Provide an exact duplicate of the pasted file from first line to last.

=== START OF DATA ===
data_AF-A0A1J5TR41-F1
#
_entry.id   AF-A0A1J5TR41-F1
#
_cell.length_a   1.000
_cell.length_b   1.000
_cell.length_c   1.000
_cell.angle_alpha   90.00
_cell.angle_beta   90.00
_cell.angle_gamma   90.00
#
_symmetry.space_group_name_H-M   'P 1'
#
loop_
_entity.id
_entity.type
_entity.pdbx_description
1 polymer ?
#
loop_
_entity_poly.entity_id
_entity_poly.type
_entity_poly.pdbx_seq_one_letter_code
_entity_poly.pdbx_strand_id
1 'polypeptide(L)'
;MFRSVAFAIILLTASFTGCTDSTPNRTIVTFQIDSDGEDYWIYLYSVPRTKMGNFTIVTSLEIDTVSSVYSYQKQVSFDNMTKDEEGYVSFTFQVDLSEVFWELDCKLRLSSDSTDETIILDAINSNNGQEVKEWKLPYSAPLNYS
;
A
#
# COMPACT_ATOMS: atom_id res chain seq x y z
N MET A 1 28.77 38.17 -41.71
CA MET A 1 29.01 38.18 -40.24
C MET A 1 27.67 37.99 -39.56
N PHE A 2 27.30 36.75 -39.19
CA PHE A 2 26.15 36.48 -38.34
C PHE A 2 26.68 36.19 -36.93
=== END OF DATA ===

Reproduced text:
data_AF-A0A1J5TR41-F1
#
_entry.id   AF-A0A1J5TR41-F1
#
_cell.length_a   1.000
_cell.length_b   1.000
_cell.length_c   1.000
_cell.angle_alpha   90.00
_cell.angle_beta   90.00
_cell.angle_gamma   90.00
#
_symmetry.space_group_name_H-M   'P 1'
#
loop_
_entity.id
_entity.type
_entity.pdbx_description
1 polymer ?
#
loop_
_entity_poly.entity_id
_entity_poly.type
_entity_poly.pdbx_seq_one_letter_code
_entity_poly.pdbx_strand_id
1 'polypeptide(L)'
;MFRSVAFAIILLTASFTGCTDSTPNRTIVTFQIDSDGEDYWIYLYSVPRTKMGNFTIVTSLEIDTVSSVYSYQKQVSFDNMTKDEEGYVSFTFQVDLSEVFWELDCKLRLSSDSTDETIILDAINSNNGQEVKEWKLPYSAPLNYS
;
A
#
# COMPACT_ATOMS: atom_id res chain seq x y z
N MET A 1 28.77 38.17 -41.71
CA MET A 1 29.01 38.18 -40.24
C MET A 1 27.67 37.99 -39.56
N PHE A 2 27.30 36.75 -39.19
CA PHE A 2 26.15 36.48 -38.34
C PHE A 2 26.68 36.19 -36.93